Tree of Life
Maryse Condé - 1987
Now, with Tree of Life, Conde turns her impassioned, epic eye to the chaos and upheaval of the twentieth century. Rapidly shifting back and forth between Guadeloupe and Harlem, moving from Haiti's desperate slums to the exclusive enclaves of the Parisian upper class, this deeply personal story traces one Guadeloupe family's rise from poverty to riches through several generations. The story begins with Albert, the forebear, who leaves an island plantation to work on the Panama Canal and out of the horror of prejudice and oppression, fierily recreates himself as a man of immense wealth. We learn about his sons: Jacob, doomed to carry on his father's business but yearning for a life of his own, and Jean, who rejects the privilege and riches that are his birthright and becomes a martyr to the struggling people of his tragic land; about his granddaughter, Thecla, who tries to find happiness through politics and men; and about Albert II, who meets his puzzling and heartbreaking end an ocean away from his family and his roots. The extraordinary tale is recounted by Coco, a contemporary female descendant, who finally reconciles herself to a past that has haunted her all her life. Like Segu and Children of Segu, Tree of Life is a grand historical pageant, overflowing with the interlocking tales of many lives, teeming with social, cultural, and political details. "Rich and colorful and glorious" was how Maya Angelou described Segu. Tree of Life expands Maryse Conde's unique vision into our time.
Salvatore Scibona - 2019
So begins The Volunteer. But in order to understand this heartbreaking and indefensible decision, the story must return to the moment, decades earlier, when a young man named Vollie Frade, almost on a whim, enlists in the United States Marine Corps to fight in Vietnam. Breaking definitively from his rural Iowan parents, Vollie puts in motion an unimaginable chain of events, which sees him go to work for insidious people with intentions he cannot yet grasp. From the Cambodian jungle, to a flophouse in Queens, to a commune in New Mexico, Vollie's path traces a secret history of life on the margins of America, culminating with an inevitable and terrible reckoning.With intense feeling, uncommon erudition, and bracing style, Scibona offers at once a pensive exploration of how we are capable of both inventing and discovering our true families and a lacerating interrogation of institutional power at its most commanding and terrifying. An odyssey of loss and salvation ranging across four generations of fathers and sons, The Volunteer is a triumph in the grandest traditions of American storytelling.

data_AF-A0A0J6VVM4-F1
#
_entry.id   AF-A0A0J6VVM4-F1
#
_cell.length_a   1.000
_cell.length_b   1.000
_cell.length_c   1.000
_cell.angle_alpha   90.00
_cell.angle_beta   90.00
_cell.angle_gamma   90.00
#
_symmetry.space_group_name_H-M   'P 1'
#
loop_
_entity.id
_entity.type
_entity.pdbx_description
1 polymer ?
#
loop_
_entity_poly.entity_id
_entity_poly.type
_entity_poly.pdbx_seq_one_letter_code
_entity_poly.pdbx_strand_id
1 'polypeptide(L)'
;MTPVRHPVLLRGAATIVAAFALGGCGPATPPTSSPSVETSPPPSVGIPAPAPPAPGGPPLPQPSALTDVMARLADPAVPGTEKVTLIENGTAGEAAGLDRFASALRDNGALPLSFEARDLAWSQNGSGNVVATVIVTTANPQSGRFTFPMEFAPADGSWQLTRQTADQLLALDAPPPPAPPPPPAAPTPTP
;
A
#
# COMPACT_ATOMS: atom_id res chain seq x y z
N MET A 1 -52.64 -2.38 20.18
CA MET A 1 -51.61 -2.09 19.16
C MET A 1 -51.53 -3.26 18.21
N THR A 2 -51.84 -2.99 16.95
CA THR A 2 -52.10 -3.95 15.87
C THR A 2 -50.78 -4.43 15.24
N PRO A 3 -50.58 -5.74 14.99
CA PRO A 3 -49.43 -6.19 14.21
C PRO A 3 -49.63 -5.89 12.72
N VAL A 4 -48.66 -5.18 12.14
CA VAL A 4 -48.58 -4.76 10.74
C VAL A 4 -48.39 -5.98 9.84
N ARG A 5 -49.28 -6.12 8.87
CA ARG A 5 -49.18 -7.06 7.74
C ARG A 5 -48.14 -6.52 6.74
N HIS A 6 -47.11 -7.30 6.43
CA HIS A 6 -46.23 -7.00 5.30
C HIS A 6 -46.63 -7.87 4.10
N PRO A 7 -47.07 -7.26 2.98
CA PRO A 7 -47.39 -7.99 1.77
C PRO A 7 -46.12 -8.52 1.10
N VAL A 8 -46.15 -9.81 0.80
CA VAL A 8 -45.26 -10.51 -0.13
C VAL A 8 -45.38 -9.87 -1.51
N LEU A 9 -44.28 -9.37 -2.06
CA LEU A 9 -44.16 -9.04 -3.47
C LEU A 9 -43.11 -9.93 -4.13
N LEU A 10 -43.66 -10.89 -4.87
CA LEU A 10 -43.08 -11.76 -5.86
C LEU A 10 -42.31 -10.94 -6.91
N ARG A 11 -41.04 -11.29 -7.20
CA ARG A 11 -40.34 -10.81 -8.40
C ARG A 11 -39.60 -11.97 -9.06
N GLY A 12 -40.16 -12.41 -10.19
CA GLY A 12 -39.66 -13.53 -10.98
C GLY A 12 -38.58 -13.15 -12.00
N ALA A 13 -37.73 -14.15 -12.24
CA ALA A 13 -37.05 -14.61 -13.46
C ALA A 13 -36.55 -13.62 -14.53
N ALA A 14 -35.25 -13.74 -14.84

Charlotte Bingham - 1994
But then, quite unexpectedly, a family tragedy obliges Grace to abandon her artistic talents and enter a life in service at the Hall. In this Upstairs Downstairs world of sadistic housekeepers and drunken butlers there is genuine hardship and drudgery for those employed in servicing the few.But Grace soon discovers that she has another talent when, through the merest chance, she manages to escape from the kitchen to the nursery floor. Here she learns to love Lady Lydiard's children as her own. Here, too, she learns her first lesson as a woman, that passion and sacrifice make awkward bedfellows. But if the love of her life, Brake Merrowby, brings her more sorrow than joy, her love for the children more than compensates for her enforced isolation in their world of muffins and rocking horses. As change reaches out to touch the great house, the realities of war leave their mark on the family. Yet for the children, grown and growing, when they stop to look back at the top-floor window they see only their nanny. Almost as if part of the fabric of the building, Grace grows to become not just the touchstone of their lives but in essence the mistress of the house itself.